Of course Shasta gobbles up all the food and loves it and is immediately converted to preferring English food above all others, because (a) the English are just better at everything forever amen and (b) it would be super inconvenient for Lewis if the white boy who was raised in another country actually preferred their food and customs and such, bringing him to miss those things later as an adult or (worse and unthinkable) even going so far as to introduce those foods and customs to his kingdom when he became king.
Then Duffle and Bricklethumb took Shasta outside to a bench which ran against the cottage wall, and they all stretched out their legs and gave a great sigh of contentment and the two Dwarfs lit their pipes. The dew was off the grass now and the sun was warm; indeed, if there hadn’t been a light breeze, it would have been too hot.
“Now, Stranger,” said Duffle, “I’ll show you the lie of the land. You can see nearly all South Narnia from here, and we’re rather proud of the view. Right away on your left, beyond those near hills, you can just see the Western Mountains. And that round hill away on your right is called the Hill of the Stone Table. Just beyond—”
But at that moment he was interrupted by a snore from Shasta who, what with his night’s journey and his excellent breakfast, had gone fast asleep. The kindly Dwarfs, as soon as they noticed this, began making signs to each other not to wake him, and indeed did so much whispering and nodding and getting up and tiptoeing away that they certainly would have waked him if he had been less tired.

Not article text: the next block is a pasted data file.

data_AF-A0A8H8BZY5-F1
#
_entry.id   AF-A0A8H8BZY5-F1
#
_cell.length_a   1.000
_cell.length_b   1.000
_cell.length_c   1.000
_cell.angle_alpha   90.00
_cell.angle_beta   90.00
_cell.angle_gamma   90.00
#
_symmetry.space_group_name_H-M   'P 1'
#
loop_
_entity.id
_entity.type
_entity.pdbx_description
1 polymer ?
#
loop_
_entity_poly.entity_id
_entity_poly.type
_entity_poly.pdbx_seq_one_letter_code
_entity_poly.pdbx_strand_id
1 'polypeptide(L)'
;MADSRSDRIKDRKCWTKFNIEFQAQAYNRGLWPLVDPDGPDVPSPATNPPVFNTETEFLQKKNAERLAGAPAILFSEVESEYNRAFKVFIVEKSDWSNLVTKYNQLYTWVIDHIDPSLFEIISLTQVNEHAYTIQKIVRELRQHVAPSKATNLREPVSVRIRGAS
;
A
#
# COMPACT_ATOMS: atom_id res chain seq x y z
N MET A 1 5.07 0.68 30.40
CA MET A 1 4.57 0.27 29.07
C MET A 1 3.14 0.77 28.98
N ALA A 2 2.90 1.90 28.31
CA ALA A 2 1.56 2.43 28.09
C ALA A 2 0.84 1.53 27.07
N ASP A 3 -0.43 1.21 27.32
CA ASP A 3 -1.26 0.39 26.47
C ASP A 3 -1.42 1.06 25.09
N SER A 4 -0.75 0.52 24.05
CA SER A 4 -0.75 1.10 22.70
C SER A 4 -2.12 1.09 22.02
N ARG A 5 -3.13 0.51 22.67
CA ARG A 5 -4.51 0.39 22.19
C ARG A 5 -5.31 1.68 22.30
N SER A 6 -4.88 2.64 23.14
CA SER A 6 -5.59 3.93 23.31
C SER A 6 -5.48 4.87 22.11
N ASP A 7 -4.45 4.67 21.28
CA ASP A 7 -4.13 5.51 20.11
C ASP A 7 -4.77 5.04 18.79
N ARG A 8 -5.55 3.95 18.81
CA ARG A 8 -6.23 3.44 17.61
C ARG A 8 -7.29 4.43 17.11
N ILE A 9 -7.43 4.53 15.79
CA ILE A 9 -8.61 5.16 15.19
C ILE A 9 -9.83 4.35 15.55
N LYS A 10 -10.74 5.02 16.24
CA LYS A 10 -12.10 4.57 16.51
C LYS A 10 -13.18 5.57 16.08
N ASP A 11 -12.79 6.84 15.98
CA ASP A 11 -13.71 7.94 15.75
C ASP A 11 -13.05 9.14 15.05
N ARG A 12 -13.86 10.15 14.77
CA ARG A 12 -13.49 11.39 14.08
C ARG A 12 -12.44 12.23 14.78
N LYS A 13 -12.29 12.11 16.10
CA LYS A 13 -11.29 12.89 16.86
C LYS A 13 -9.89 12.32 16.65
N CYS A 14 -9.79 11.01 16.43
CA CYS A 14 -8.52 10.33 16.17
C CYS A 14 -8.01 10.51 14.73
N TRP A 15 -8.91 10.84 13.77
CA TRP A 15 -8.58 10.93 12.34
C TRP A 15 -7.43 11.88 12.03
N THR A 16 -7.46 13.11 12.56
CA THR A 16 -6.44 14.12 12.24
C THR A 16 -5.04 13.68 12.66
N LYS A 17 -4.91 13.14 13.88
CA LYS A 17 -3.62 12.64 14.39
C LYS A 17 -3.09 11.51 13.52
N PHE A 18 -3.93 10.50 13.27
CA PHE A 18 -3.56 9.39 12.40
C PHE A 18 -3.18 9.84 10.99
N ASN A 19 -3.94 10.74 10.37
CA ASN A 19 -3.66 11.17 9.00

He slept pretty well nearly all day but woke up in time for supper. The beds in that house were all too small for him but they made him a fine bed of heather on the floor, and he never stirred or dreamed all night. Next morning they had just finished breakfast when they heard a shrill, exciting sound from outside.
So Shasta has a cozy meal and a sleep.
On the one hand, I hate to begrudge him that. He's worked hard and deserves a rest. I get it. On the other hand, he still doesn't seem to care about anyone. He doesn't mention Aravis and the Horses, not even to ask if someone can send a message to them to tell them he's safe and to ask after their health. He doesn't insist that someone warn Queen Susan who everyone knows for a fact is not at Cair Paravel, i.e., the place where the Stag was going with his warning. At the very least, you'd think people would want to get a message to King Edmund and the warriors he has with him. But no.
There's this almost surreal insistence in this chapter that the reader view all this coziness as Shasta's cosmic reward for finishing his task and doing a job well done, but he hasn't finished his task. He finished the one Lewis set for him--"warn King Lune"--but warning King Lune was never the finish line here. The finish line should be "keep Queen Susan safe" and there's still a lot undone on that front. Maybe Shasta doesn't have the energy or resources to fix that but he should at least try. For all intents and purposes, he doesn't.
This is badly written.